International Climate Negotiations Underway in Panama


Posted on October 6th, 2011 by Adam Riedel
 1 comment  

By Adam D. Riedel
Associate Director, Columbia Center for Climate Change Law

International climate negotiators are meeting in Panama from October 1 -7 in a final round of talks prior to the next Conference of the Parties (“COP”) meeting  in Durban, South Africa.  The meeting, formally known as the third part of the 16th Session of the Ad Hoc Working Group on Further Commitments for Annex I Parties under the Kyoto Protocol (AWG-KP 16) and the third part of the 14th Session of the Ad Hoc Working Group on Long-term Cooperative Action under the Convention (AWG-LCA 14), will set the stage for the larger meeting in Durban.   Negotiators in Panama are hoping to make progress on a variety of issues that they hope will pave the way for additional progress and formal agreements in Durban.  In particular, negotiations in Panama are expected to focus on developing a second commitment period for the Kyoto Protocol, developing a framework for a tax on the use of bunker fuels in international shipping to finance adaptation costs in developing countries and enhancing measurement, reporting and verification (“MRV”) guidelines and procedures.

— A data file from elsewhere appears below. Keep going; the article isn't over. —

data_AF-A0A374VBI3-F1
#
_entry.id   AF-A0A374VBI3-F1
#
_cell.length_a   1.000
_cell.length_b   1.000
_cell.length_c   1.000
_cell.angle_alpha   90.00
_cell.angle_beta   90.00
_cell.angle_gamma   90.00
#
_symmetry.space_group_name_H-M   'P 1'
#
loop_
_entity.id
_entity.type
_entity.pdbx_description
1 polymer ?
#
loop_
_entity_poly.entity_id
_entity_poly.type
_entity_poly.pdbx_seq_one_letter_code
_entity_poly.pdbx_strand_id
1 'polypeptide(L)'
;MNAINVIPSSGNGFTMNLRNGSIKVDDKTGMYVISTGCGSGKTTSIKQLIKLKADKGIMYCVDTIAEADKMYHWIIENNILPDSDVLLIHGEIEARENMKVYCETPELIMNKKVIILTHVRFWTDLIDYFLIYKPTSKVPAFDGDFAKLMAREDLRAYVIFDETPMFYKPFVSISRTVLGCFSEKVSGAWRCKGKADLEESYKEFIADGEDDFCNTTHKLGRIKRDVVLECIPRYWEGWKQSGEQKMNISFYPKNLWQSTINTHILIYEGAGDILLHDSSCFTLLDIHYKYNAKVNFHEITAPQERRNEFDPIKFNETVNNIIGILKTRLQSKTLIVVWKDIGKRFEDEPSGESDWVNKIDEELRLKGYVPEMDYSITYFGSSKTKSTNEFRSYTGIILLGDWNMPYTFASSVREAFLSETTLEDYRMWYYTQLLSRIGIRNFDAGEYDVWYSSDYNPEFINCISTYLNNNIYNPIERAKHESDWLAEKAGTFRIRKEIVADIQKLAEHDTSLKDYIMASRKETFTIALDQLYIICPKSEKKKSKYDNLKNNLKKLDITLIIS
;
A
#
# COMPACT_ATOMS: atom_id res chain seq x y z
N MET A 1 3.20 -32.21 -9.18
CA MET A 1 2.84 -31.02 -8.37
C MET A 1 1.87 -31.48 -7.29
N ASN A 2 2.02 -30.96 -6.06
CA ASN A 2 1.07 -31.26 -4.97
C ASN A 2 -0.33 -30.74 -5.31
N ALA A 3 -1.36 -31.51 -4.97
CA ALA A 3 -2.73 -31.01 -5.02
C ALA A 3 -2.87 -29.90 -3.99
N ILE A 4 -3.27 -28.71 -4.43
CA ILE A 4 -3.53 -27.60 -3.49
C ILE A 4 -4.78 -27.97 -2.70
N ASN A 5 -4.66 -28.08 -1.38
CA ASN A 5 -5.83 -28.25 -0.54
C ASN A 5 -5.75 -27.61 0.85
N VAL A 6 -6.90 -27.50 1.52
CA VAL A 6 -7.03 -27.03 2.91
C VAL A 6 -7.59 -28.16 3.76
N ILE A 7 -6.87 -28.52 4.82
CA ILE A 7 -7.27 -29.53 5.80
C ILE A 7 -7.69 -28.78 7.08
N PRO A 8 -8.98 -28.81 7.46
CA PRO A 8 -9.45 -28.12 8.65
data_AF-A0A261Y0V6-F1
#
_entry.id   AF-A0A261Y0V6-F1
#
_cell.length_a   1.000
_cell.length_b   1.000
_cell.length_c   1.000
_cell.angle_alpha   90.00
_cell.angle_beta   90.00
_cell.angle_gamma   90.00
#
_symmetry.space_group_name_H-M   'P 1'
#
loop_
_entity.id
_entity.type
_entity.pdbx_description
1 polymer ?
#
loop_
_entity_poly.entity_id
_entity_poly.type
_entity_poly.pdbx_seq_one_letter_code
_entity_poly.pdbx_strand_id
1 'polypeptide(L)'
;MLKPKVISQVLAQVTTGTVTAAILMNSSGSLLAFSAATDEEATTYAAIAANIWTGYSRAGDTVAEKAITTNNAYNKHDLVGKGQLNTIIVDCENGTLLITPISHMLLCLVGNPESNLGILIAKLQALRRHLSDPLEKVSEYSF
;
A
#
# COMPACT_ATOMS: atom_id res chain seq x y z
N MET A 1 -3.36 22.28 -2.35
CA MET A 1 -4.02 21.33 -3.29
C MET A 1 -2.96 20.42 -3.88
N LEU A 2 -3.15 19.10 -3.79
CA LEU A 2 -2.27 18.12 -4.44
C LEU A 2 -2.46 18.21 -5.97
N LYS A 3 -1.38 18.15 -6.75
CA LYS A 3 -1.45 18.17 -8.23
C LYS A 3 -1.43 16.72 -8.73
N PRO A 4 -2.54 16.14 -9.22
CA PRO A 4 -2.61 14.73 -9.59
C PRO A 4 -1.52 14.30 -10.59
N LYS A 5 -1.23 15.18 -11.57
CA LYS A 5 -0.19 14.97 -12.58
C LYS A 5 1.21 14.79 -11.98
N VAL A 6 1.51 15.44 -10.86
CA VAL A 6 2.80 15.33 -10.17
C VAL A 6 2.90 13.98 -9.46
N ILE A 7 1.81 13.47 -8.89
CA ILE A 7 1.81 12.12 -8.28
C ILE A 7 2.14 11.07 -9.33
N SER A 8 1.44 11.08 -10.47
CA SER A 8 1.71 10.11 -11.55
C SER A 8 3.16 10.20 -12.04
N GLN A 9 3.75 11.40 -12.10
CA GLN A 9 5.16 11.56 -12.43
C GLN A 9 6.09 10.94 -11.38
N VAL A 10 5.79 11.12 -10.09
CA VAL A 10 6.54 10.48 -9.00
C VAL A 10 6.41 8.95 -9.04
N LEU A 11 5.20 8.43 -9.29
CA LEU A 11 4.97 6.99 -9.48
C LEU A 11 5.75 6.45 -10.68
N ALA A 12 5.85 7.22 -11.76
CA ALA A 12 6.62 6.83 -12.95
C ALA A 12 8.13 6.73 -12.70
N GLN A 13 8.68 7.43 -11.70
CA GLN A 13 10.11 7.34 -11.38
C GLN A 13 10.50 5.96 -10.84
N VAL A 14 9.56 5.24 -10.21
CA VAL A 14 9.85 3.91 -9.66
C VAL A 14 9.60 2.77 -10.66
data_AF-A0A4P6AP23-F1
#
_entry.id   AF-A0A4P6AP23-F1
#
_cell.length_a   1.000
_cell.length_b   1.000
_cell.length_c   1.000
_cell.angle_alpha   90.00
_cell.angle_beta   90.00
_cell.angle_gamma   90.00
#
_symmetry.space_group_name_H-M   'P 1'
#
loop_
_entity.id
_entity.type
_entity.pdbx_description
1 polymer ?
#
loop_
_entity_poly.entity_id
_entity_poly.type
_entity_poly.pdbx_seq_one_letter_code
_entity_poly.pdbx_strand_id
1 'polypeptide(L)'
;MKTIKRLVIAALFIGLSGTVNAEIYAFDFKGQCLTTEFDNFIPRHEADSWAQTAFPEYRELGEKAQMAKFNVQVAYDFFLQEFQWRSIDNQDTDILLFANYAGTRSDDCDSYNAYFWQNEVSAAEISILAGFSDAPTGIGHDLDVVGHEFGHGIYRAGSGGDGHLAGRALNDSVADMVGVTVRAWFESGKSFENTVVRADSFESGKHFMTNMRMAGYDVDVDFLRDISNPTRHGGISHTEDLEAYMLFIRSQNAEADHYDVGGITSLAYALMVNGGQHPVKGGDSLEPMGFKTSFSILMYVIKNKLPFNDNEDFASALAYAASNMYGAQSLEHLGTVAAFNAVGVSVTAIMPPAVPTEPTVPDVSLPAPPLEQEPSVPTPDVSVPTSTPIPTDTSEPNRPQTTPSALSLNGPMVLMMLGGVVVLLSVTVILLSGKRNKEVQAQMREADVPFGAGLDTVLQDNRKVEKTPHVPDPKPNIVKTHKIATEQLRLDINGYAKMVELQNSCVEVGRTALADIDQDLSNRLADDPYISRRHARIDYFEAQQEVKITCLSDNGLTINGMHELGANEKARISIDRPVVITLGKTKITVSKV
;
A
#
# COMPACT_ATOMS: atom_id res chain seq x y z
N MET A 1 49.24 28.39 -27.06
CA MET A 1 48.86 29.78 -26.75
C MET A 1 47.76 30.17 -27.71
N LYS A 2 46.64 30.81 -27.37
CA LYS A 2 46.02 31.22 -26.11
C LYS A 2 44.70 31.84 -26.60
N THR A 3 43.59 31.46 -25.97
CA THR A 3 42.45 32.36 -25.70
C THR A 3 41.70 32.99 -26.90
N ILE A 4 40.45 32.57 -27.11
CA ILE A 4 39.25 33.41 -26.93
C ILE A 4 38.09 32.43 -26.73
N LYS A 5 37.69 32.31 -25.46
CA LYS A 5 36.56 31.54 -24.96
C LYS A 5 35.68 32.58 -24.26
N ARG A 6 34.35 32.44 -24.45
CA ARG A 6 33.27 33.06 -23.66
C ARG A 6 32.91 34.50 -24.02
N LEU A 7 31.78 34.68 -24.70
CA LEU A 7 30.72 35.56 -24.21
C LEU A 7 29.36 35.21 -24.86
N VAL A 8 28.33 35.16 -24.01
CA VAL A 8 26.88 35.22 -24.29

Reports from the opening days of the conference indicate that negotiators are focusing on “transitional arrangements” that would bridge the gap to a comprehensive climate regime to begin in the next 3-7 years.  There appears to be a tacit recognition on the part of the negotiators that there are currently too many significant political and legal issues standing in the way of reaching a comprehensive agreement in Durban, and thus an interim agreement will be necessary to ensure further progress.

 The UNFCCC’s official, daily guide to the meetings in Panama can be found at http://unfccc.int/conference_programme/items/6109.php.

One comment

  1. People should know that It’ll also put in place a common reporting formatand an assessed scale of Dinance contributions fordeveloped countries. And it will operationalizze the Standing Committee on Finance to ensure greater coherence on global climate Dinance. In Panama, Parties should seek to make substantial progress onthese issues, as the basis for success in Durban.

    Thanks for the post.

Add a comment


Comments are subject to moderation and do not necessarily reflect the opinions of
Columbia Law School or Columbia University.

Academic Calendar  |  Resources for Employers  |  Campus Map & Directory  |  Columbia University  |  Jobs at Columbia  |  Contact Us

© Copyright 2009, Columbia Law School. For questions or comments, please contact the webmaster.